• In real estate photography, there’s Good, and Good Enough. You can make a TON of money being “good enough”, and I think that’s likely where most part-time photographers will wind up. If you really want to be Good at something, maybe even Great at something — you’re going to have to devote yourself to it, way beyond full-time. I think that goes for anything – the great real estate agents don’t spend hours studying photography (or anything else) because they simply don’t have time. Likewise, if I tried to study up and get my real estate license (or whatever) my photography would suffer.

  • @Brett, I’m not only an Agent with a capitol A, but a Broker and Photographer as well. We all have different work ethics and not everyone can be successful at both. The bottom line is that the market is slow and every Agent I know has a little more time on their hands right now. Anyone who is going to prosper is using this time to develop strategies that will make money in the future. I used it to finetune my photography skills and launch a successful business. I’m pretty sure you are not an Agent, therefore probably don’t know what it takes to be a successful Agent. I’m sure your great at what you do and good luck with it, but don’t go around bashing someone else’s profession.

  • Im with Brett on this one…..

    If I hired a real estate agent and he/she tried to convince me that he/she also did photography and multimedia I would laugh in his/her face. I would immediately think that agent was too cheap to hire someone who specializes in photography/multimedia…..and by specialize i dont mean that it has to be the best out there, it simply means someone who focuses on that for a living and is not a jack of all trades.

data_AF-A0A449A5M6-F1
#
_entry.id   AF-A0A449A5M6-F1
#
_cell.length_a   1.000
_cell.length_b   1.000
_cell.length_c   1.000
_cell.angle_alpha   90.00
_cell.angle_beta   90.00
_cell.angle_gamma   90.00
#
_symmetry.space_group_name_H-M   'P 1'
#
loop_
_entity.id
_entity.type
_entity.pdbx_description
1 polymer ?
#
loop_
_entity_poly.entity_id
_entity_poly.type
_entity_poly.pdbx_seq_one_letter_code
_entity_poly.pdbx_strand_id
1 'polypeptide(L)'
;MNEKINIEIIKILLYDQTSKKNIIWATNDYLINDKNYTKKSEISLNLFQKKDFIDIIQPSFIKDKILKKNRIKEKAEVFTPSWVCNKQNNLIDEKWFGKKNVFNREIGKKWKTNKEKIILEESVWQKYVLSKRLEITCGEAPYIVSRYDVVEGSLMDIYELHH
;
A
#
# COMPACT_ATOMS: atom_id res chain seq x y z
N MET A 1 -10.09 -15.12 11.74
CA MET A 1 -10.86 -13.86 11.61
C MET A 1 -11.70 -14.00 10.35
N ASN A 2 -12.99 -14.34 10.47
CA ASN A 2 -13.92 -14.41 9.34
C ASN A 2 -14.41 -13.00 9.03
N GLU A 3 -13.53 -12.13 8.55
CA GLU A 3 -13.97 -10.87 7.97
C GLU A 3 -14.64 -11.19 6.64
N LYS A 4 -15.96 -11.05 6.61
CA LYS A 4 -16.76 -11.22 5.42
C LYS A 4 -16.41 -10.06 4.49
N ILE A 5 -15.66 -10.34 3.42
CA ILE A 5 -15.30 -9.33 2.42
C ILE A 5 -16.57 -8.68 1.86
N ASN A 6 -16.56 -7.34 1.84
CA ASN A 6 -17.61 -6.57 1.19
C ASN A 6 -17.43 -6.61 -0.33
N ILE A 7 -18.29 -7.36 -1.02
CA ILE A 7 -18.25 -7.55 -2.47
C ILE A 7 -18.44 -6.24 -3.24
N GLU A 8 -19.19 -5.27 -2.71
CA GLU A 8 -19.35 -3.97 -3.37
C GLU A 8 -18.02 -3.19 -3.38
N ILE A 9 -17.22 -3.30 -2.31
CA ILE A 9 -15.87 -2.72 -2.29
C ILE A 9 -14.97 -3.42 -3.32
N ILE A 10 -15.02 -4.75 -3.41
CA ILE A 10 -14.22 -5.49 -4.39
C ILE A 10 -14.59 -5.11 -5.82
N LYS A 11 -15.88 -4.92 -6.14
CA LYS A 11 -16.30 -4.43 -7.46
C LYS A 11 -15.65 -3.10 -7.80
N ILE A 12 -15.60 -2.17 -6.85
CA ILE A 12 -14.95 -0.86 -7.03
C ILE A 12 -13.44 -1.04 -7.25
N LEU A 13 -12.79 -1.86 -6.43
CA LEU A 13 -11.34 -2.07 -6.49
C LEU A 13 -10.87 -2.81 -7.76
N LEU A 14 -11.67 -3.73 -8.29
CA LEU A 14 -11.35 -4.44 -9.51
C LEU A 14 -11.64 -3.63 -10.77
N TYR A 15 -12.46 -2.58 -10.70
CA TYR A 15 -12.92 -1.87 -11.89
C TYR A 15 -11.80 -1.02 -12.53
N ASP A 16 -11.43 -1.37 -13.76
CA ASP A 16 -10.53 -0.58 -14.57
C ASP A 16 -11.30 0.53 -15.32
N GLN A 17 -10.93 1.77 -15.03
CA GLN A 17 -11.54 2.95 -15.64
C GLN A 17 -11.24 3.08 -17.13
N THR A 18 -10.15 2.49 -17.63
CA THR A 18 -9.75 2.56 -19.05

If you hired an agent and he told you he was also a plumber and and electrician and that he could fix up those areas of your house for the sale, would you think he was a bit of a joke?….absolutely! …well its no different for photography.

    Ultimately a real estate agent is absolutely no different than a used car salesman. If I went to the used car lot to buy a car and the salesman told me that he also is the mechanic and the bodyman…and that he could fix up the scratch on the bumper, fix the leak in the transmission AND ensure that the car was certified, I dont think I could take him seriously at all.

    I can tell you one thing for certain….if you paid a professional you would get a webpage that looks alot more up to date with the times, looks like it was designed 10 years ago and I would be furious if your tried to pawn that off on me when selling my home!

    While you are “not only an Agent with a capitol A, but a Broker and Photographer”…..I look at your site and your work and compare it to Brett or Scott, and their points are proven, enough said.

  • @Chip,

    You also fall into this category my friend, you have a MAJOR LEAGUE BASEBALL TRADE RUMORS AD listed on your photography business website! Stuff like that just makes photographers look like a joke.

    Go look at a true professional photographers website like Brett or Scott, you dont see junk like that there because they are true professionals and not doing it half ass….it is their livelyhood and they take pride in what they do. In the photography business (or any other visual art form), image is everything….you fail in this regard because you are not a professional.

  • Mark. I’m not bashing real estate Agents. I’m saying the bulk of them aren’t that great, which is born out by the statistics which show, I recall, 60% of Agents in the US struggle to make a living above the poverty line. And your housing market, well, that’s internationally famous for having tanked and Wall Street very nearly took the whole world with it. So. Seriously. Property in the US is hardly enjoying dizzying heights at the moment. Maybe it is time you started exploring VPA. It works.
    I have a very symbiotic relationship with about 2,000 Agents. Many are great mates who have shown great loyalty to my business over the past 8 years. Having spent 30 years in TV, I’d rather back an Agent than a TV programmer or a Network executive any day of the week.